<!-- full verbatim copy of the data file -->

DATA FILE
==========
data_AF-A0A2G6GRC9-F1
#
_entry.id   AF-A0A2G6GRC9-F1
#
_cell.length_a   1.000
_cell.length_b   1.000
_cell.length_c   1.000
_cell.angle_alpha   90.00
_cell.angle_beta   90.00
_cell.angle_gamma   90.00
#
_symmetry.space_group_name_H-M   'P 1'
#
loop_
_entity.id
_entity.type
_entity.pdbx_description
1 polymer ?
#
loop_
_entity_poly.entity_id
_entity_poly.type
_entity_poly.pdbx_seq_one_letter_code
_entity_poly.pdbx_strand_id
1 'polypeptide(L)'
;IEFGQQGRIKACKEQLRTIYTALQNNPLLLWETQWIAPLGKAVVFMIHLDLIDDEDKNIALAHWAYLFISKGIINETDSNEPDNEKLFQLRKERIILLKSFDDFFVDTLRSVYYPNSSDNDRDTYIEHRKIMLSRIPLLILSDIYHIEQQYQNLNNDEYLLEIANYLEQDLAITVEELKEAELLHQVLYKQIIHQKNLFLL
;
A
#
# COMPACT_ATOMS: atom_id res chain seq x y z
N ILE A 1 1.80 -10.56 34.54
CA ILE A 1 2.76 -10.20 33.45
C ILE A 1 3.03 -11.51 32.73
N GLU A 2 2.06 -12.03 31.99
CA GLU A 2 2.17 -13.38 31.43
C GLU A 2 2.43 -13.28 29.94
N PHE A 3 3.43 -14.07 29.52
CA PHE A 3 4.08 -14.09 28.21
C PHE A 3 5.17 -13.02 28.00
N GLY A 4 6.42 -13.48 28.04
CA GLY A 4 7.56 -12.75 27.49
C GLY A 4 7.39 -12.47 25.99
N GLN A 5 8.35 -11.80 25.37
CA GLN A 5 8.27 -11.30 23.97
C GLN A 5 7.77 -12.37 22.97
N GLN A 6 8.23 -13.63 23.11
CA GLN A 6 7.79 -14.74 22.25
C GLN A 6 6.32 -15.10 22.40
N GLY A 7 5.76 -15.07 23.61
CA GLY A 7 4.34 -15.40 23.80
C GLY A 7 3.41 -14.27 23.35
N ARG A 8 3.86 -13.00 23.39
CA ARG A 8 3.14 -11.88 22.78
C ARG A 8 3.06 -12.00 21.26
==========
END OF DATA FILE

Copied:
data_AF-A0A2G6GRC9-F1
#
_entry.id   AF-A0A2G6GRC9-F1
#
_cell.length_a   1.000
_cell.length_b   1.000
_cell.length_c   1.000
_cell.angle_alpha   90.00
_cell.angle_beta   90.00
_cell.angle_gamma   90.00
#
_symmetry.space_group_name_H-M   'P 1'
#
loop_
_entity.id
_entity.type
_entity.pdbx_description
1 polymer ?
#
loop_
_entity_poly.entity_id
_entity_poly.type
_entity_poly.pdbx_seq_one_letter_code
_entity_poly.pdbx_strand_id
1 'polypeptide(L)'
;IEFGQQGRIKACKEQLRTIYTALQNNPLLLWETQWIAPLGKAVVFMIHLDLIDDEDKNIALAHWAYLFISKGIINETDSNEPDNEKLFQLRKERIILLKSFDDFFVDTLRSVYYPNSSDNDRDTYIEHRKIMLSRIPLLILSDIYHIEQQYQNLNNDEYLLEIANYLEQDLAITVEELKEAELLHQVLYKQIIHQKNLFLL
;
A
#
# COMPACT_ATOMS: atom_id res chain seq x y z
N ILE A 1 1.80 -10.56 34.54
CA ILE A 1 2.76 -10.20 33.45
C ILE A 1 3.03 -11.51 32.73
N GLU A 2 2.06 -12.03 31.99
CA GLU A 2 2.17 -13.38 31.43
C GLU A 2 2.43 -13.28 29.94
N PHE A 3 3.43 -14.07 29.52
CA PHE A 3 4.08 -14.09 28.21
C PHE A 3 5.17 -13.02 28.00
N GLY A 4 6.42 -13.48 28.04
CA GLY A 4 7.56 -12.75 27.49
C GLY A 4 7.39 -12.47 25.99
N GLN A 5 8.35 -11.80 25.37
CA GLN A 5 8.27 -11.30 23.97
C GLN A 5 7.77 -12.37 22.97
N GLN A 6 8.23 -13.63 23.11
CA GLN A 6 7.79 -14.74 22.25
C GLN A 6 6.32 -15.10 22.40
N GLY A 7 5.76 -15.07 23.61
CA GLY A 7 4.34 -15.40 23.80
C GLY A 7 3.41 -14.27 23.35
N ARG A 8 3.86 -13.00 23.39
CA ARG A 8 3.14 -11.88 22.78
C ARG A 8 3.06 -12.00 21.26